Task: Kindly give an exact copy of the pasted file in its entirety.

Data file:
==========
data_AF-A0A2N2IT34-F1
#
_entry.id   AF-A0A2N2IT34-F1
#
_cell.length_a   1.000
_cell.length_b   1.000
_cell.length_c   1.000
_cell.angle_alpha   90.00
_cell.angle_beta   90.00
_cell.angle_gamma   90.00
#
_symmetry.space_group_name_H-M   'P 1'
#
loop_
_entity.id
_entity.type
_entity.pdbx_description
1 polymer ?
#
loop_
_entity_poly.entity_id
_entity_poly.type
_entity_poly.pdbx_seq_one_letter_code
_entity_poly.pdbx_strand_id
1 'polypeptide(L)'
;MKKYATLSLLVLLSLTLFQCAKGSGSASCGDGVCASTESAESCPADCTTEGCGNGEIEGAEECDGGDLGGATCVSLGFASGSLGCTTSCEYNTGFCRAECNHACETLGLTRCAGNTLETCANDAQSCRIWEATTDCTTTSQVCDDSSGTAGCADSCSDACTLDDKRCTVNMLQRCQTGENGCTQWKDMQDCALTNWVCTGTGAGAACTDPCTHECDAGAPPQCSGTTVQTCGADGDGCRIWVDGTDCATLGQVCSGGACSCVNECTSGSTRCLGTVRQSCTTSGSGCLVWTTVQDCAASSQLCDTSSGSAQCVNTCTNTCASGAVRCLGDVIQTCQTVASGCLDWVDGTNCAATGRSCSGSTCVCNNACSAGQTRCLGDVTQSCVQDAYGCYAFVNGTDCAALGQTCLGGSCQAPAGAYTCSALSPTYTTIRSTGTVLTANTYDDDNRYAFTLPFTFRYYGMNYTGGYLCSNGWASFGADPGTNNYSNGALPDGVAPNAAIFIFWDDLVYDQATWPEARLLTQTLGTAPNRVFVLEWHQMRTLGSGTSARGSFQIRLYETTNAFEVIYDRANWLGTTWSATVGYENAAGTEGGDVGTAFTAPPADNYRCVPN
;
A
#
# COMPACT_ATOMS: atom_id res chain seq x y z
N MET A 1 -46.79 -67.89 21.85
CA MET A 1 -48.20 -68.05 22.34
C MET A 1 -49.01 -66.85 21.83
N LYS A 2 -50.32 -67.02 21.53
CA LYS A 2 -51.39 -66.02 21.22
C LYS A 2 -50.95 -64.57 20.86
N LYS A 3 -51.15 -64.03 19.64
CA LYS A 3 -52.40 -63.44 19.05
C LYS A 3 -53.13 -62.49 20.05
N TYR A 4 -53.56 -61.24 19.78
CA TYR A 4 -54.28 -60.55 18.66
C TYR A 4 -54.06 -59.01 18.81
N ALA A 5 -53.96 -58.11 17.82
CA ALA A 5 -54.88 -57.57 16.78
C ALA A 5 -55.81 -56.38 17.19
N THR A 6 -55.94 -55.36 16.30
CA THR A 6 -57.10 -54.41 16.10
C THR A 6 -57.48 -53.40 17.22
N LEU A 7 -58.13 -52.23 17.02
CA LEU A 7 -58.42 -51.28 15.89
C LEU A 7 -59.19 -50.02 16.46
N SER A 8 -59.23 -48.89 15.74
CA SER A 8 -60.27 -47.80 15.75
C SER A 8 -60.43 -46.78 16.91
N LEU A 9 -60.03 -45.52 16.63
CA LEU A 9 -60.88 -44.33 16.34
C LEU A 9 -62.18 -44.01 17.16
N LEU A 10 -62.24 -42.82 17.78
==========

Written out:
data_AF-A0A2N2IT34-F1
#
_entry.id   AF-A0A2N2IT34-F1
#
_cell.length_a   1.000
_cell.length_b   1.000
_cell.length_c   1.000
_cell.angle_alpha   90.00
_cell.angle_beta   90.00
_cell.angle_gamma   90.00
#
_symmetry.space_group_name_H-M   'P 1'
#
loop_
_entity.id
_entity.type
_entity.pdbx_description
1 polymer ?
#
loop_
_entity_poly.entity_id
_entity_poly.type
_entity_poly.pdbx_seq_one_letter_code
_entity_poly.pdbx_strand_id
1 'polypeptide(L)'
;MKKYATLSLLVLLSLTLFQCAKGSGSASCGDGVCASTESAESCPADCTTEGCGNGEIEGAEECDGGDLGGATCVSLGFASGSLGCTTSCEYNTGFCRAECNHACETLGLTRCAGNTLETCANDAQSCRIWEATTDCTTTSQVCDDSSGTAGCADSCSDACTLDDKRCTVNMLQRCQTGENGCTQWKDMQDCALTNWVCTGTGAGAACTDPCTHECDAGAPPQCSGTTVQTCGADGDGCRIWVDGTDCATLGQVCSGGACSCVNECTSGSTRCLGTVRQSCTTSGSGCLVWTTVQDCAASSQLCDTSSGSAQCVNTCTNTCASGAVRCLGDVIQTCQTVASGCLDWVDGTNCAATGRSCSGSTCVCNNACSAGQTRCLGDVTQSCVQDAYGCYAFVNGTDCAALGQTCLGGSCQAPAGAYTCSALSPTYTTIRSTGTVLTANTYDDDNRYAFTLPFTFRYYGMNYTGGYLCSNGWASFGADPGTNNYSNGALPDGVAPNAAIFIFWDDLVYDQATWPEARLLTQTLGTAPNRVFVLEWHQMRTLGSGTSARGSFQIRLYETTNAFEVIYDRANWLGTTWSATVGYENAAGTEGGDVGTAFTAPPADNYRCVPN
;
A
#
# COMPACT_ATOMS: atom_id res chain seq x y z
N MET A 1 -46.79 -67.89 21.85
CA MET A 1 -48.20 -68.05 22.34
C MET A 1 -49.01 -66.85 21.83
N LYS A 2 -50.32 -67.02 21.53
CA LYS A 2 -51.39 -66.02 21.22
C LYS A 2 -50.95 -64.57 20.86
N LYS A 3 -51.15 -64.03 19.64
CA LYS A 3 -52.40 -63.44 19.05
C LYS A 3 -53.13 -62.49 20.05
N TYR A 4 -53.56 -61.24 19.78
CA TYR A 4 -54.28 -60.55 18.66
C TYR A 4 -54.06 -59.01 18.81
N ALA A 5 -53.96 -58.11 17.82
CA ALA A 5 -54.88 -57.57 16.78
C ALA A 5 -55.81 -56.38 17.19
N THR A 6 -55.94 -55.36 16.30
CA THR A 6 -57.10 -54.41 16.10
C THR A 6 -57.48 -53.40 17.22
N LEU A 7 -58.13 -52.23 17.02
CA LEU A 7 -58.42 -51.28 15.89
C LEU A 7 -59.19 -50.02 16.46
N SER A 8 -59.23 -48.89 15.74
CA SER A 8 -60.27 -47.80 15.75
C SER A 8 -60.43 -46.78 16.91
N LEU A 9 -60.03 -45.52 16.63
CA LEU A 9 -60.88 -44.33 16.34
C LEU A 9 -62.18 -44.01 17.16
N LEU A 10 -62.24 -42.82 17.78